Arab short films showcased in Beirut

A still from Ghina Abboud's short film "Batoul...Do you see me?" (Courtesy of Nadi Lekol Nass) A still from Ghina Abboud's short film "Batoul...Do you see me?" (Courtesy of Nadi Lekol Nass)

A still from Ghina Abboud's short film "Batoul...Do you see me?" (Courtesy of Nadi Lekol Nass)

Colorful posters for the five-day Arab Short Film Festival are currently dotted around Beirut’s streets. They serve as a reminder to passers-by that the city, come what may, is a growing arts and culture hub. This eleventh edition of the Festival is showcasing more than fifty short films representing twelve countries from the Middle East and North Africa region. Eclectic in nature, the films’ genres range from documentary and animation to experimental cinema.

As festival coordinator Liana Kassir explained: “This is a festival without internal borders, showcasing Arab filmmakers to an Arab audience.”

The short film marathon opened on May 23 to a large audience at the Medina Theater in the Lebanese capital’s bustling Hamra district. It will close on Tuesday, when the six-member jury awards the prizes, with a concert by popular Egyptian singer Mohamed Mohsen. In an unusual twist, the jury members themselves will also be screening their films—though not competing—during the festival.

For example, Egyptian filmmaker and jury member Ahmad Abdallah’s film Window opened the first show. As a feature-length filmmaker, Abdallah praised the freedom available to those working in the short film genre, saying: “I think short filmmakers have an advantage in many ways, because they don’t have the production restrictions we have as feature filmmakers.”

Window, which explores a fleeting romance between two Egyptian youths, was originally premiered at the Cannes Film Festival in 2011. It is also one of the ten films that make up the feature-length 18 Days, a retrospective of the 18 days that led to the resignation of former Egyptian president Hosni Mubarak.

The opening night line-up explored themes of destruction, nationalism, family, love and fear. Two Syrian films—MiG, a documentary shot at the Yarmouk Palestinian refugee camp in Damascus by Thaer Al-Sahli and King Never Dies, a drama set in a Syrian prison by Yamen Al-Moghrabi—explored, in very different but equally defiant ways, the seemingly endless oppression felt in Syria. These two shorts were followed by a lively animation by the Lebanese film student Marilyn Haddad, Une Famille Plus Ou Moins Normale (A More or Less Normal Family).

Powerful cinematography was evidently one of the many things the festival’s organizers were looking for when choosing shorts to showcase. It was seen to great effect in The Depths by Youssef Chebbi, in which the mundane meets the beautiful in this contemporary vampire horror set in picturesque Tunisia. Another dramatic film was a Moroccan short, Entropya, by Yassine Marco. Set in an apartment, it follows a conversation between a husband and wife expressing their hatred for one another as he eats soup she has poisoned.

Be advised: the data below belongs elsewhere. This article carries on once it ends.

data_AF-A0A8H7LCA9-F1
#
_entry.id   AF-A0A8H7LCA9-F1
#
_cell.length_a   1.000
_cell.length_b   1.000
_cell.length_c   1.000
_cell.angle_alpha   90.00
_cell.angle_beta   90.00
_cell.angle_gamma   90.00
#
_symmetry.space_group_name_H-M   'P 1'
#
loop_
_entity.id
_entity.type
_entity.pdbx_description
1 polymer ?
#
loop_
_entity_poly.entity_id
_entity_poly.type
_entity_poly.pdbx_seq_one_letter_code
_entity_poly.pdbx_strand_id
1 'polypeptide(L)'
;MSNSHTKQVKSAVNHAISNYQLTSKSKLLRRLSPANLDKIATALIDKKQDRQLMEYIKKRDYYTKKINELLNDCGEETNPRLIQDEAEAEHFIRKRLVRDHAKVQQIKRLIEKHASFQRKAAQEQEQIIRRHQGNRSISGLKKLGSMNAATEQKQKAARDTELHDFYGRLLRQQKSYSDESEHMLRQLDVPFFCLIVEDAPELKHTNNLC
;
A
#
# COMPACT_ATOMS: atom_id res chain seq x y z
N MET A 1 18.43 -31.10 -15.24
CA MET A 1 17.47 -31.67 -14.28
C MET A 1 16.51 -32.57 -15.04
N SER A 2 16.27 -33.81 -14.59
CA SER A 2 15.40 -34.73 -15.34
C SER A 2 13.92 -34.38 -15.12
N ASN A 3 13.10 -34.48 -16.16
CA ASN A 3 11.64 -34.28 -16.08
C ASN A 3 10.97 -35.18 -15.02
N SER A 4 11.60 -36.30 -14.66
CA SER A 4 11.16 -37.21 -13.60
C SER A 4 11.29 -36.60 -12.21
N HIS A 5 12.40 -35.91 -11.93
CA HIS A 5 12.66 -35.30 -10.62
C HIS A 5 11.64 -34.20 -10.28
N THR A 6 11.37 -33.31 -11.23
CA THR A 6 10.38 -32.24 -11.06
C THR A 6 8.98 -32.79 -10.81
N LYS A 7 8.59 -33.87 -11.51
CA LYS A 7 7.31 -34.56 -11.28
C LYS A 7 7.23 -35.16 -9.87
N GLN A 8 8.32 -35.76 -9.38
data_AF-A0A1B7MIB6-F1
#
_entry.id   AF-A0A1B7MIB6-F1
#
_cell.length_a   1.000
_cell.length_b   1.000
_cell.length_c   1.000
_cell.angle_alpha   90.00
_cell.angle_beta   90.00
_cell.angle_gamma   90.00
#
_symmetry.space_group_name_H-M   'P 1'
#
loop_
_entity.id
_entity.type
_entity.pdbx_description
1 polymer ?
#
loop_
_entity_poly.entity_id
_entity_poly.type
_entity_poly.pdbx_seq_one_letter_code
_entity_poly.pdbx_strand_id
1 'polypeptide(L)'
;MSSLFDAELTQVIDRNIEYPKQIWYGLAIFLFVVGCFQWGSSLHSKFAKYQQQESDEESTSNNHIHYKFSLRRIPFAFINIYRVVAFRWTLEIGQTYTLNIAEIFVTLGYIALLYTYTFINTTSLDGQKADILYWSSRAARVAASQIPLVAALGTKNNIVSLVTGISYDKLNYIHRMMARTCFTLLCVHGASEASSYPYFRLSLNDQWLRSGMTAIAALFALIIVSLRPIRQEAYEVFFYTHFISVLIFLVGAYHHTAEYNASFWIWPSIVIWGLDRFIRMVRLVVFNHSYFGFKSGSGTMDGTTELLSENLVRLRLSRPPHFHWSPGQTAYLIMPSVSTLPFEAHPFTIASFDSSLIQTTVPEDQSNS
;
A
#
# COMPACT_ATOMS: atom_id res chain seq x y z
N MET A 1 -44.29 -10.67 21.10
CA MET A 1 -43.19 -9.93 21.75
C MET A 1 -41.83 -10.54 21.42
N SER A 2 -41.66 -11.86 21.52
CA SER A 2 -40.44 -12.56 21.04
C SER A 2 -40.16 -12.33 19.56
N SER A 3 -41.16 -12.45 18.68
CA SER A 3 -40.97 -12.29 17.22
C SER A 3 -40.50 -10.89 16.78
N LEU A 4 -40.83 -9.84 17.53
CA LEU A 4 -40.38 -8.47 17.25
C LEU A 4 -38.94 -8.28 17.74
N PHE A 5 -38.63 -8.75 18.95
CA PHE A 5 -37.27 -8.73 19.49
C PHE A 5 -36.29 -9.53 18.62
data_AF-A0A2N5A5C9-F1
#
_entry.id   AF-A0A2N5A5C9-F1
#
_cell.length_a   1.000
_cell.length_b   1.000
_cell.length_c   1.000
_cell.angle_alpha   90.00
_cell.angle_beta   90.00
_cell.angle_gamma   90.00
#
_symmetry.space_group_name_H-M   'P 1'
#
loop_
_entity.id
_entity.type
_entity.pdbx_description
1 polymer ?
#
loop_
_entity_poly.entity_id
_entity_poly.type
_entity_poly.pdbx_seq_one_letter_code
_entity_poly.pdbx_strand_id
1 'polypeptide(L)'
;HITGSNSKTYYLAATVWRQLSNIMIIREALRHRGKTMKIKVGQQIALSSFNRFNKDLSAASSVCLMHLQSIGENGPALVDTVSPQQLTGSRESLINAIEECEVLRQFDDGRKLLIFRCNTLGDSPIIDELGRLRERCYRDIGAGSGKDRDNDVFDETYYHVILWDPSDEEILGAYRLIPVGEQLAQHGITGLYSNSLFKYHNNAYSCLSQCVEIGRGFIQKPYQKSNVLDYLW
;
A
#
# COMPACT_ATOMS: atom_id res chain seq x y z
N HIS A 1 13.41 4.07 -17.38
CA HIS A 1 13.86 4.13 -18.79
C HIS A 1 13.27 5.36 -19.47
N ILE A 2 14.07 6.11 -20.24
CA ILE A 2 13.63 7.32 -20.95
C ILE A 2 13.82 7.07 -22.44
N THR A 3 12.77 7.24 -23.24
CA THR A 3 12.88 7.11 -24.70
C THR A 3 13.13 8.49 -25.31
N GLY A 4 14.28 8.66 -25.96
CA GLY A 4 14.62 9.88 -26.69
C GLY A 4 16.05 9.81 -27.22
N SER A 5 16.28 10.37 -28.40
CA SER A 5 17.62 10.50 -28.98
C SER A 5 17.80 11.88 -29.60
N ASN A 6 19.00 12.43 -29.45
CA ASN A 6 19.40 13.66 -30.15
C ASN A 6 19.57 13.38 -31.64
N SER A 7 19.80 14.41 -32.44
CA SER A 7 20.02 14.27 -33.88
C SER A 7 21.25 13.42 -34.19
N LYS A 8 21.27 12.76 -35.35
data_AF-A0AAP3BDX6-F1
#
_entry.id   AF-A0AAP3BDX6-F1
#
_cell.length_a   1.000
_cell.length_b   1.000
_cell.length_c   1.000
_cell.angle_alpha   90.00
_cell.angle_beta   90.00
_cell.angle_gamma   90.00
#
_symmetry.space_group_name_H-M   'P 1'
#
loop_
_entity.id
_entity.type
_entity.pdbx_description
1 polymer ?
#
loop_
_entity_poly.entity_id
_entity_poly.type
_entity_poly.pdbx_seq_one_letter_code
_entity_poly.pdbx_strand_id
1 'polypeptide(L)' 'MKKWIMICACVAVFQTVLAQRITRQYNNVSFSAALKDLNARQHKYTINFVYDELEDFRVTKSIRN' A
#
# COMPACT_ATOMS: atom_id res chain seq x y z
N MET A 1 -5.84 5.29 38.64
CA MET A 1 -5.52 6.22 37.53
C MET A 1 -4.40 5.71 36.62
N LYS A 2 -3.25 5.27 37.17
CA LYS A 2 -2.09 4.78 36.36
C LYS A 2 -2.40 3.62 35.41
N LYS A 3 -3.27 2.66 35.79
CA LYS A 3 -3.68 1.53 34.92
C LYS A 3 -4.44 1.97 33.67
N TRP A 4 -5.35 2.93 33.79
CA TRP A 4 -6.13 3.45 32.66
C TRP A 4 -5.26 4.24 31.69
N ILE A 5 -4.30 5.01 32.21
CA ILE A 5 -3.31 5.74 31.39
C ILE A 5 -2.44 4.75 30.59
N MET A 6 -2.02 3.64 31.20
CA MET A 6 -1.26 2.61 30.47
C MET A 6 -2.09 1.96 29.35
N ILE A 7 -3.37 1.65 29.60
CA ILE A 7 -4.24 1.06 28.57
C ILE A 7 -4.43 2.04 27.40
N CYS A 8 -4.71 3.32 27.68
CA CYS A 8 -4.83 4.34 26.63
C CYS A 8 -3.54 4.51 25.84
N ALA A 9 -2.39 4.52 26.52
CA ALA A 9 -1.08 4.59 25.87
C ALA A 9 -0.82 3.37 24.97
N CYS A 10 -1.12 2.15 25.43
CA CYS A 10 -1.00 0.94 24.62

“We wanted to achieve a balance, sometimes contrasting sometimes complementary,” Kassir said by way of explanation as to how the festival had selected its films. Closely tied to fine arts universities across the Middle East, in its early years the festival was a platform for students, but has matured into a celebration of all up-and-coming Arab filmmakers.

In another showing, the fine line between Syria’s present and Lebanon’s past was touched upon in Batoul . . . Do you see me? by Ghina Abboud. The film follows a Syrian man arriving in Beirut and his interaction with a Lebanese girl. Speaking to The Majalla on opening day, the young Lebanese filmmaker explained the challenges facing her country and her art: “Lebanon has passed through so many revolutions and wars, it is now in our veins . . . It is harder for us to express ourselves in the arts because nobody invests in them, even here in Lebanon . . . Being an Arab filmmaker here makes me one of the passionate or crazy few,” she said.

These tensions so familiar in Lebanon and the wider Arab world perhaps cannot help but come out even in an exhibition of short cinema. But Abdallah is keen to stress that just because the filmmakers showcased are all Arab does not mean they speak with a single voice. “I am not in favor of putting all Arab filmmakers in one box,” he said. “We are all affected by each other as countries in the Arab region, but we remain diverse and isolated as film cultures . . . Moroccan cinema, for example, is totally different to cinema in the Gulf.”

But for now, recognition and funding for this new wave of Arab filmmakers is growing, albeit at a slow pace. In the meantime, the Arab Short Film Festival is a rare opportunity for audiences and filmmakers alike to celebrate their art.

The Arab Short Film Festival runs until May 27 at the Medina Theater in Beirut.

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